Solving the Mystery of Jupiter’s Great Red Spot

The Swirling Mystery Behind Jupiter's Great Red Spot

NASA scientists continue to study Jupiter and its Great Red Spot, hoping to solve the mystery of its swirl of reddish hues.

The largest and most powerful hurricanes ever recorded on Earth spanned over 1,000 miles across with winds gusting up to around 200 mph. That’s wide enough to stretch across nearly all U.S. states east of Texas. But even that kind of storm is dwarfed by the Great Red Spot, a gigantic storm in Jupiter. There, gigantic means twice as wide as Earth.

With tumultuous winds peaking at about 400 mph, the Great Red Spot has been swirling wildly over Jupiter’s skies for the past 150 years—maybe even much longer than that. While people saw a big spot in Jupiter as early as they started stargazing through telescopes in the 1600s, it is still unclear whether they were looking at a different storm. Today, scientists know the Great Red Spot is there and it’s been there for a while, but they still struggle to learn what causes its swirl of reddish hues.

Understanding the Great Red Spot is not easy, and it’s mostly Jupiter’s fault. A planet a thousand times as big as Earth, Jupiter consists mostly of gas. A liquid ocean of hydrogen surrounds its core, and the atmosphere consists mostly of hydrogen and helium. That translates into no solid ground like we have on Earth to weaken storms. Also, Jupiter’s clouds obstruct clear observations of its lower atmosphere. While some studies of Jupiter have investigated areas in its lower atmosphere, orbiting probes and telescopes studying the Great Red Spot can only see clouds scattered high in the atmosphere.

Amy Simon, an expert in planetary atmospheres at NASA’s Goddard Space Flight Center in Greenbelt, Maryland, said learning more about Jupiter and its Great Red Spot could help scientists understand Earth’s weather system better. Jupiter’s weather functions under the same physics as Earth, she said, just millions of miles farther from the sun. Simon also said Jupiter studies could improve our understandings of worlds beyond our solar system. “If you just look at reflected light from an extrasolar planet, you’re not going to be able to tell what it’s made of,” Simon said. “Looking at as many possible different cases in our own solar system could enable us to then apply that knowledge to extrasolar planets.”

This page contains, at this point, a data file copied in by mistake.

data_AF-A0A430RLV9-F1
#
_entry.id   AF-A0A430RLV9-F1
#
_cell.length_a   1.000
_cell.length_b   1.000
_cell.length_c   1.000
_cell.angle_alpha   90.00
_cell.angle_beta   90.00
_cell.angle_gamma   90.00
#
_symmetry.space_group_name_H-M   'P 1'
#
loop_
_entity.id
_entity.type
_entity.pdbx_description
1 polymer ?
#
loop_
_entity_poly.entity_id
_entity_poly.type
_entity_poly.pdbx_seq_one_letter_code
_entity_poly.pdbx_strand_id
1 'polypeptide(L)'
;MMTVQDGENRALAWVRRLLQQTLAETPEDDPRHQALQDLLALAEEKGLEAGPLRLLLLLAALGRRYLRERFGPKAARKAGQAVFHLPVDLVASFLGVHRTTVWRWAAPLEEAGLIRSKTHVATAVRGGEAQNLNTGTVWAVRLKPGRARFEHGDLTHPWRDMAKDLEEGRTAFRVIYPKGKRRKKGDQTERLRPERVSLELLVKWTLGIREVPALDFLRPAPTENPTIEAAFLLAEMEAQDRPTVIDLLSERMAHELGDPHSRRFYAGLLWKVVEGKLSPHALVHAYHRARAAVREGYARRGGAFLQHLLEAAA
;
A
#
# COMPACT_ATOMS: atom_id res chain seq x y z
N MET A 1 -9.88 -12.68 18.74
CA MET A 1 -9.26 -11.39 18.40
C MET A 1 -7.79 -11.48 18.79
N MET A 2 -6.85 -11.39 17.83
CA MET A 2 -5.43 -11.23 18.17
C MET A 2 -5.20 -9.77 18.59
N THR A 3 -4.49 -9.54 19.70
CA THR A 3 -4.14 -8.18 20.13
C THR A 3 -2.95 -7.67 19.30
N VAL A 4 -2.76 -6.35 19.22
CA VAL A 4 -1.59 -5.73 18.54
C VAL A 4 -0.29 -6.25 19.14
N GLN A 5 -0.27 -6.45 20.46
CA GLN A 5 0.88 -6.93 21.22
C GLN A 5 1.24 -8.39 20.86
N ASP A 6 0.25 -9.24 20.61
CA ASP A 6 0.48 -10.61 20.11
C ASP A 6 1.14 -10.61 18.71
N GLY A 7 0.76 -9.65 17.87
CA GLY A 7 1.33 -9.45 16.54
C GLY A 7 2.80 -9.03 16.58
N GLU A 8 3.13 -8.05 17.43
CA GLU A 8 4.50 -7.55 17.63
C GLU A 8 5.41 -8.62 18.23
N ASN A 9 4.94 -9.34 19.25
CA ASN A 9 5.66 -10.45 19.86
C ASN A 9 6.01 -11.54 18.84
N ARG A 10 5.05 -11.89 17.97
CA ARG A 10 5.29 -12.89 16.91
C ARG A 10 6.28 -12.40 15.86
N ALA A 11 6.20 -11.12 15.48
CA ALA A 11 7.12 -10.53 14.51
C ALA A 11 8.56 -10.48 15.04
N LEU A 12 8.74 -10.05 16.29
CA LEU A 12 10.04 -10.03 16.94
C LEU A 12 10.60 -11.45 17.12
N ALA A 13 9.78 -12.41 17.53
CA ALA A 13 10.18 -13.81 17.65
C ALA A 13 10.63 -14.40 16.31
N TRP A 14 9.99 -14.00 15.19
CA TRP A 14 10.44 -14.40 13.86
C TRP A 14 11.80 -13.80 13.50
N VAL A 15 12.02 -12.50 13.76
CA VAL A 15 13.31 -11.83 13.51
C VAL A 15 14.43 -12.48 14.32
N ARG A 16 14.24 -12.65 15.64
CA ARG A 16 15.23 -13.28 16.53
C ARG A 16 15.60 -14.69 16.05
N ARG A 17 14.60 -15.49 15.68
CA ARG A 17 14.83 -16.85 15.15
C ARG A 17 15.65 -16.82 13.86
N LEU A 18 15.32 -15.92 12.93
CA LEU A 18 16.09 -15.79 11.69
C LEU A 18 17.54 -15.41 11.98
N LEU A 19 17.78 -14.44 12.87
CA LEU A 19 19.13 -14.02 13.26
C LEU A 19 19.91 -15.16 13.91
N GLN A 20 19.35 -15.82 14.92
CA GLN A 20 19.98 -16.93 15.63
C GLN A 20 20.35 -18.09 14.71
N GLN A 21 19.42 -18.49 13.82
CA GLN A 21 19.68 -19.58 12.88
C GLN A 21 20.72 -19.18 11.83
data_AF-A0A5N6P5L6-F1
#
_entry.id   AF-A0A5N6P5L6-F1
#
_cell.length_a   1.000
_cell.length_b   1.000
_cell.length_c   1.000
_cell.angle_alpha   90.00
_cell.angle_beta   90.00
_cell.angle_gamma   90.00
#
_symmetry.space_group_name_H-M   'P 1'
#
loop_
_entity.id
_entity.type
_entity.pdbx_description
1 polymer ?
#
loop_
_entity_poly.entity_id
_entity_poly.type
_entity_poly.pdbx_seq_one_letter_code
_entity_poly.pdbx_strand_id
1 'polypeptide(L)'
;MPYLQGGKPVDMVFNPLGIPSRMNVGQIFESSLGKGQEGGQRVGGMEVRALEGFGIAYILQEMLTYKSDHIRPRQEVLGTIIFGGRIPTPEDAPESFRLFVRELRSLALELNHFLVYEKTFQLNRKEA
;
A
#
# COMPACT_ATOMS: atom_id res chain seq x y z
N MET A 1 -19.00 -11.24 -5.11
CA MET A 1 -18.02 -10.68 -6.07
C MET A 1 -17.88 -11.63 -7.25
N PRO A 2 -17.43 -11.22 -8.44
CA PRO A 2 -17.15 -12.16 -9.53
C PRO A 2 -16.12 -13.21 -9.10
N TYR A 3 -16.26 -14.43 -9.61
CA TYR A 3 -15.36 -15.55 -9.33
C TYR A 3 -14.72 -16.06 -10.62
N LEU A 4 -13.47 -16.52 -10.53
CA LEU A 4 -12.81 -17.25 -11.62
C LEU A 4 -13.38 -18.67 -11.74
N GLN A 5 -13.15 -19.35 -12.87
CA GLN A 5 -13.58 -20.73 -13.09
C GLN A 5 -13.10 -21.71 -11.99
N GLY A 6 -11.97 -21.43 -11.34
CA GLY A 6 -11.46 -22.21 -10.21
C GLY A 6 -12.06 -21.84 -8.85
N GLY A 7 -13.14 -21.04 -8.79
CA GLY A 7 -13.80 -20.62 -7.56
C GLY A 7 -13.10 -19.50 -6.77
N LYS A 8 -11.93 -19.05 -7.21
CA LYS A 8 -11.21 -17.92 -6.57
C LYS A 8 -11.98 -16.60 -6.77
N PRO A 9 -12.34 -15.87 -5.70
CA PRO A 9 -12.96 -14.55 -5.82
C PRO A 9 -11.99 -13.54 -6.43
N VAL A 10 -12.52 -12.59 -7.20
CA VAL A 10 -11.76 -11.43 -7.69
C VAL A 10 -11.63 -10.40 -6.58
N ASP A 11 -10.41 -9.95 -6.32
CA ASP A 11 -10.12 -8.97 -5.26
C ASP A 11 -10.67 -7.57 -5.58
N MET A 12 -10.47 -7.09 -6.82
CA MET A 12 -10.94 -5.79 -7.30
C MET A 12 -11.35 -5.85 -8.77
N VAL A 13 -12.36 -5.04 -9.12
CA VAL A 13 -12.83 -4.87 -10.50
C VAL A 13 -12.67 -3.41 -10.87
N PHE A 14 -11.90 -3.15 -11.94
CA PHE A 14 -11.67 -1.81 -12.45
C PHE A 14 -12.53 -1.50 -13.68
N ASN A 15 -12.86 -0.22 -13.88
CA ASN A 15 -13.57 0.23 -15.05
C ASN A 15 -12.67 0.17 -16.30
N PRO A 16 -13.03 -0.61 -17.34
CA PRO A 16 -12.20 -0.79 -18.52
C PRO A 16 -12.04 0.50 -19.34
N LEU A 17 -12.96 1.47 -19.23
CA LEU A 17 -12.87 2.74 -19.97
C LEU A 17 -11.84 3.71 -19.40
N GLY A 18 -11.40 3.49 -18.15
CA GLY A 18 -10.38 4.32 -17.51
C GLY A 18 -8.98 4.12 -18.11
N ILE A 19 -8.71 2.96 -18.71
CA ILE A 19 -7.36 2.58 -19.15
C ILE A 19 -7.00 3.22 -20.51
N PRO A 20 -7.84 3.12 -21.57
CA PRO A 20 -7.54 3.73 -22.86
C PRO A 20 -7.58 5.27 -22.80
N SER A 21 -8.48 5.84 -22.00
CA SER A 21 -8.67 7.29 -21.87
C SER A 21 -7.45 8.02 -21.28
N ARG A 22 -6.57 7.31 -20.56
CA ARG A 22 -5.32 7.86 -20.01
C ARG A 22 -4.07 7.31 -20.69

Jupiter’s Great Red Spot

Trapped between two jet streams, the Great Red Spot is an anticyclone swirling around a center of high atmospheric pressure that makes it rotate in the opposite sense of hurricanes on Earth. Credits: NASA/JPL/Space Science Institute

Studies predict Jupiter’s upper atmosphere has clouds consisting of ammonia, ammonium hydrosulfide, and water. Still, scientists don’t know exactly how or even whether these chemicals react to give colors like those in the Great Red Spot. Plus, these compounds make up only a small part of the atmosphere. “We’re talking about something that only makes up a really tiny portion of the atmosphere,” Simon said. “That’s what makes it so hard to figure out exactly what makes the colors that we see.”

Like Simon, other scientists at Goddard work to shed light on the Great Red Spot’s mystery. Goddard scientists Mark Loeffler and Reggie Hudson have been performing laboratory studies to investigate whether cosmic rays, one type of radiation that strikes Jupiter’s clouds, can chemically alter ammonium hydrosulfide to produce new compounds that could explain the spot’s color.

Ammonium hydrosulfide is unstable under Earth’s atmospheric conditions, so Loeffler makes his own batch by heating hydrogen sulfide and ammonia together. He then blasts them with charged particles, similar to the cosmic rays impacting Jupiter’s clouds. “Our first step is to try to identify what forms when ammonium hydrosulfide is irradiated,” Loeffler said. “We have recently finished identifying these new products, and now we are trying to correlate what we have learned with the colors in Jupiter. ”